On a fishing boat at sea, a 60-year old man has been raising a girl since she was a baby. It is agreed that they will get married on her 17th birthday, and she is 16 now. They live a quiet and secluded life, renting the boat to day fishermen and practicing strange divination rites. Their life changes when a teenage student comes aboard...
Jong-du, a young man just out of prison for manslaughter, is a social misfit: fidgety, snuffling, laughing inappropriately, without a super ego. When released, he calls on the family of the... See full summary »
In 'Gegen die Wand' Cahit, a 40-something male from Mersin in Turkey has removed everything Turkish from his life. He has become an alcoholic drug addict and at the start of the movie wants... See full summary »
The lives of two lovelorn spouses from separate marriages, a registered sex offender, and a disgraced ex-police officer intersect as they struggle to resist their vulnerabilities and temptations in suburban Connecticut.
A Mumbai teen who grew up in the slums, becomes a contestant on the Indian version of "Who Wants To Be A Millionaire?" He is arrested under suspicion of cheating, and while being interrogated, events from his life history are shown which explain why he knows the answers.
A sixty and something year old captain has been raising for ten years a girl since she was six in his old fishing vessel that is permanently anchored offshore with the intention of marrying her on her seventeenth birthday. He survives bringing fishermen to fish in the vessel and predicting the future using his bow and shooting arrows in a Buddhist painting on the hull of the vessel while the girl moves back and forth in a swing. He also uses the bow and arrows to protect the girl against sexual assault of the fishermen. They live happily until the day that a teenage student comes to the ship and the girl feels attracted for him. When the teenager discovers that the girl was abducted when she was six and does not know the world, he returns to the vessel to bring the girl back to her parents. Written by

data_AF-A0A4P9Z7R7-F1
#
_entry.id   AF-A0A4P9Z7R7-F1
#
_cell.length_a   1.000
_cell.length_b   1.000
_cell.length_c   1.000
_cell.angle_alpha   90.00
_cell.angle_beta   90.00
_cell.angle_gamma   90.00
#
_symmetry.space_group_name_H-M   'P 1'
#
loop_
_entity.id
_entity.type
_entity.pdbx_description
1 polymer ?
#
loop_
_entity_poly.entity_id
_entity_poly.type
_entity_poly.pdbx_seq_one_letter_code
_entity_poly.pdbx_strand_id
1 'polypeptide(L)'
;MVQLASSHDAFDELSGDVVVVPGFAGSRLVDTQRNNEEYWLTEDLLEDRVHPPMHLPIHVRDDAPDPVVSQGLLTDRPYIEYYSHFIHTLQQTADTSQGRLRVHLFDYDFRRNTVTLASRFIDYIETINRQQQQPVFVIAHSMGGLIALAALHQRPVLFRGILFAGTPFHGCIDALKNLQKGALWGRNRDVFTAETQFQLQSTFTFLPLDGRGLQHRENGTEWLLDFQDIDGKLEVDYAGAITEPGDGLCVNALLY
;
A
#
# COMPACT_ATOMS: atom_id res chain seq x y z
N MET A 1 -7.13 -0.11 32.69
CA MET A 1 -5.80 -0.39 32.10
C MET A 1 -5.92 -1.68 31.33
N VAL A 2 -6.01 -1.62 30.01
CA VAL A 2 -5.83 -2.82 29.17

Claudio Carvalho, Rio de Janeiro, Brazil
Whenever I watch a movie by Kim Ki-duk (with the exception of "Bom yeoreum gaeul...", which I enjoy much more than the rest), I have an unpleasant impression that this man's mental world is sort of puerile ; instead of a mature work of art I see an étude made by an intriguing youngster. In "Hwal" the director, not unlike a child with a Rubik's cube in hand, plays with rituals, symbols and colours slick just as the Euro-Korean score of this minimalist fable about an old man and a little girl, selfishness and ruthlessness of both old age and youth in the cyclic stream of life, and about how to conjure a feeble ending out of it all. Whether some deeper truths about yin and yang and other stuff reside inside the cube, Kim knows. Perhaps.
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